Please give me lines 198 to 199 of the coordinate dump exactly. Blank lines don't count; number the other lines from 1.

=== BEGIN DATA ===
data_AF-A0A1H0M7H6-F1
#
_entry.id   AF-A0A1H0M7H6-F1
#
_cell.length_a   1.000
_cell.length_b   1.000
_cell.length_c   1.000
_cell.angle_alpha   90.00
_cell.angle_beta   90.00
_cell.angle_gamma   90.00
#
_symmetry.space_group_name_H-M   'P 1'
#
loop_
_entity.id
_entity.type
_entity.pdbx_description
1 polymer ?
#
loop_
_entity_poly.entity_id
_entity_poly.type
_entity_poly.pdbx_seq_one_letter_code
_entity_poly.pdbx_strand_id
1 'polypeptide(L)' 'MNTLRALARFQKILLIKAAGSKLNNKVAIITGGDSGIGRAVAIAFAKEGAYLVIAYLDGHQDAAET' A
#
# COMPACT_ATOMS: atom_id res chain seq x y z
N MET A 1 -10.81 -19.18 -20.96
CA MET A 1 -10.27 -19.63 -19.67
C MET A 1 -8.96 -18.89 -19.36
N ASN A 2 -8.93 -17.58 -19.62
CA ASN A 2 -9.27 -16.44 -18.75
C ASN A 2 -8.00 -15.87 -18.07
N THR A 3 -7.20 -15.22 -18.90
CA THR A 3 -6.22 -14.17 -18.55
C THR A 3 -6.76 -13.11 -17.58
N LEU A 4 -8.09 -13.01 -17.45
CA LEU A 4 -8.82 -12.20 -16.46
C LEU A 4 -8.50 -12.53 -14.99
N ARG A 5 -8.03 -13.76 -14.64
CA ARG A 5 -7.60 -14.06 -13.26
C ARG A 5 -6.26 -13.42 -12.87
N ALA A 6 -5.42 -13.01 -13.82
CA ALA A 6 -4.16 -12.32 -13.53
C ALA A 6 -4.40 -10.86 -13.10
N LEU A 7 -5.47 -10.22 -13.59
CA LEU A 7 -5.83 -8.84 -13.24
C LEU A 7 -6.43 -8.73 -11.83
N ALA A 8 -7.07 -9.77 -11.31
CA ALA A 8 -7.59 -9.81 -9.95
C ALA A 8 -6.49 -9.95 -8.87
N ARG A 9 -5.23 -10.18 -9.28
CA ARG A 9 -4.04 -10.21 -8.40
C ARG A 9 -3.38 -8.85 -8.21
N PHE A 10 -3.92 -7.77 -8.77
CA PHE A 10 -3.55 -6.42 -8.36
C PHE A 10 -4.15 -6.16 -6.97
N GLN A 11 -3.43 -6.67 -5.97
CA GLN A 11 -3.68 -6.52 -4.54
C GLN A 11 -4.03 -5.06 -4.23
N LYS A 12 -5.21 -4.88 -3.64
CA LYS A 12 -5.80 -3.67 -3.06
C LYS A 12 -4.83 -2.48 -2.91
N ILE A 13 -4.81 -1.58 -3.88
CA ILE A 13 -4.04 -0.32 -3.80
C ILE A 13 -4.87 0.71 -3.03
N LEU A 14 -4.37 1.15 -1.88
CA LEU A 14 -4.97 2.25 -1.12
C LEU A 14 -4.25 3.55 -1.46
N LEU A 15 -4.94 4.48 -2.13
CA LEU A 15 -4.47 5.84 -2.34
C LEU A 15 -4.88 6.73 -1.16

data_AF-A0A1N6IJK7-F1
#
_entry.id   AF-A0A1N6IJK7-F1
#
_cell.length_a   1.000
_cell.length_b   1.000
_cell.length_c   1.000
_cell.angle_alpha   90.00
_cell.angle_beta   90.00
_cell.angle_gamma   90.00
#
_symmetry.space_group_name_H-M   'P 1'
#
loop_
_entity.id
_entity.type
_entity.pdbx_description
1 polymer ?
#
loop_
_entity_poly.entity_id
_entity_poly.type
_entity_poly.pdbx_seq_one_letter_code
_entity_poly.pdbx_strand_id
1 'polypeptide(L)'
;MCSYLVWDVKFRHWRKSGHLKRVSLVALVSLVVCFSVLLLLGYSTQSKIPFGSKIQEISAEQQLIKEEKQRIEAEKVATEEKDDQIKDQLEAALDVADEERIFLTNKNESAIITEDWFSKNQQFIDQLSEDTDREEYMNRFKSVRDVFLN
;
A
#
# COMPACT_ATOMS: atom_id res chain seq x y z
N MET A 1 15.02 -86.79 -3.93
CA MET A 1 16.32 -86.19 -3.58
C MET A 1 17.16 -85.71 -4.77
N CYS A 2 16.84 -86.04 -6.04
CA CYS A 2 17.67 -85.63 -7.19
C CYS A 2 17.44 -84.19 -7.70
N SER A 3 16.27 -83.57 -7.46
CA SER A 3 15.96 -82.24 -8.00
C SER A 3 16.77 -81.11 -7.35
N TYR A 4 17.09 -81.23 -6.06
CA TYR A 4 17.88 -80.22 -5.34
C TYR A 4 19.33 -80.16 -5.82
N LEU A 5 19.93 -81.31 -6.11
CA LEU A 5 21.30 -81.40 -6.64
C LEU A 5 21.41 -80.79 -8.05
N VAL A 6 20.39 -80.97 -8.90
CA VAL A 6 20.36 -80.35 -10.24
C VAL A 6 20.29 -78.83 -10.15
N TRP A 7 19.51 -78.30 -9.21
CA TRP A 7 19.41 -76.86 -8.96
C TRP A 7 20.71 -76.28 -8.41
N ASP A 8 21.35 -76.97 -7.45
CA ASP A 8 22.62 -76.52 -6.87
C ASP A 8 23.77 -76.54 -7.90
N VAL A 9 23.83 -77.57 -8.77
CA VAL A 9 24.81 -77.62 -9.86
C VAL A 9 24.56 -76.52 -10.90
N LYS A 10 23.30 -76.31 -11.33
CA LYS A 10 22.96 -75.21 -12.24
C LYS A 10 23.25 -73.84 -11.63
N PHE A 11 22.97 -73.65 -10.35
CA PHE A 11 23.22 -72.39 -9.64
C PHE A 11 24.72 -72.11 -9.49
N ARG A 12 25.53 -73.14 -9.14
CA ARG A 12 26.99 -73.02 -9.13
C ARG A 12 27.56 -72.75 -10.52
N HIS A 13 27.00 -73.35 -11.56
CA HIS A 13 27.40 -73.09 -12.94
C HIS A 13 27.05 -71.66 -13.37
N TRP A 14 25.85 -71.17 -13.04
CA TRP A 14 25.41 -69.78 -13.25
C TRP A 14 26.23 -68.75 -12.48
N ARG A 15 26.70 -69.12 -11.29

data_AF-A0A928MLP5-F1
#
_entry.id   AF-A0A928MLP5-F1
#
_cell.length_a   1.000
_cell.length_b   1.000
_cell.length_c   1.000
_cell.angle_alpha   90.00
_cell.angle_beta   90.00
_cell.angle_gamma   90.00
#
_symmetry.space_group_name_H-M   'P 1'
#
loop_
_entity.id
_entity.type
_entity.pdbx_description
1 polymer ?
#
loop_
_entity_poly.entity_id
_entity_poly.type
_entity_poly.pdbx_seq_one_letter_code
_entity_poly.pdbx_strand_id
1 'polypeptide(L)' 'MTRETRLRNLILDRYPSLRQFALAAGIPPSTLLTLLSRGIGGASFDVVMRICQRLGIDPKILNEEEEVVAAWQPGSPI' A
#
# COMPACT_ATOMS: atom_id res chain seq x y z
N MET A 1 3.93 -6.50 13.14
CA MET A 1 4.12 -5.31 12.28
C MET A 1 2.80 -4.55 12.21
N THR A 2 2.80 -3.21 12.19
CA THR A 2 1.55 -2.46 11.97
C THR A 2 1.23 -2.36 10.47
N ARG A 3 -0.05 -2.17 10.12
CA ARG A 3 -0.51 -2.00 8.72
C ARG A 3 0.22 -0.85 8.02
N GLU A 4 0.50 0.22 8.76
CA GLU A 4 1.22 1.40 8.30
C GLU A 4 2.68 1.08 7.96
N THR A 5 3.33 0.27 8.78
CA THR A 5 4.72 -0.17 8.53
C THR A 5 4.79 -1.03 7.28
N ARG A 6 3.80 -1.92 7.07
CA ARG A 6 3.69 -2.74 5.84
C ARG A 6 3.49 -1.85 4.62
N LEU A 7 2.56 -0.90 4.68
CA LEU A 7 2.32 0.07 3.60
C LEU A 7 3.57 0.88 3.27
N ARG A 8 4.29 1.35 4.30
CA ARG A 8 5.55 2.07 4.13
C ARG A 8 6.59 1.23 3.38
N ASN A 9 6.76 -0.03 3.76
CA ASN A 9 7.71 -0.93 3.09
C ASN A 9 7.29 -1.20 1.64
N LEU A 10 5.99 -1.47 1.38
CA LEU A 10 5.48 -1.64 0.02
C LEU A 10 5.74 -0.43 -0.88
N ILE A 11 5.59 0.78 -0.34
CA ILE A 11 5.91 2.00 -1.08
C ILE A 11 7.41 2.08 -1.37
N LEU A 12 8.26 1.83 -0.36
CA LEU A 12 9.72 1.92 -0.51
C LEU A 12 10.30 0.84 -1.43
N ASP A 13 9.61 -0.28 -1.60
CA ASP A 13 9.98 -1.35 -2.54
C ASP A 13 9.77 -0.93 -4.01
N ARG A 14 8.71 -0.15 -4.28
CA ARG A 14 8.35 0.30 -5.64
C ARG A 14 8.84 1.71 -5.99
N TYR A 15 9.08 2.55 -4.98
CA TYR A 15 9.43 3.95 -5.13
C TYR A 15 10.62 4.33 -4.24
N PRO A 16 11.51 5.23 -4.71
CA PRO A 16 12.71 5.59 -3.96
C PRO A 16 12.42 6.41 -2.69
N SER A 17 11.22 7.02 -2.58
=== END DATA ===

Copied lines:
CA ASN A 9 7.71 -0.93 3.09
C ASN A 9 7.29 -1.20 1.64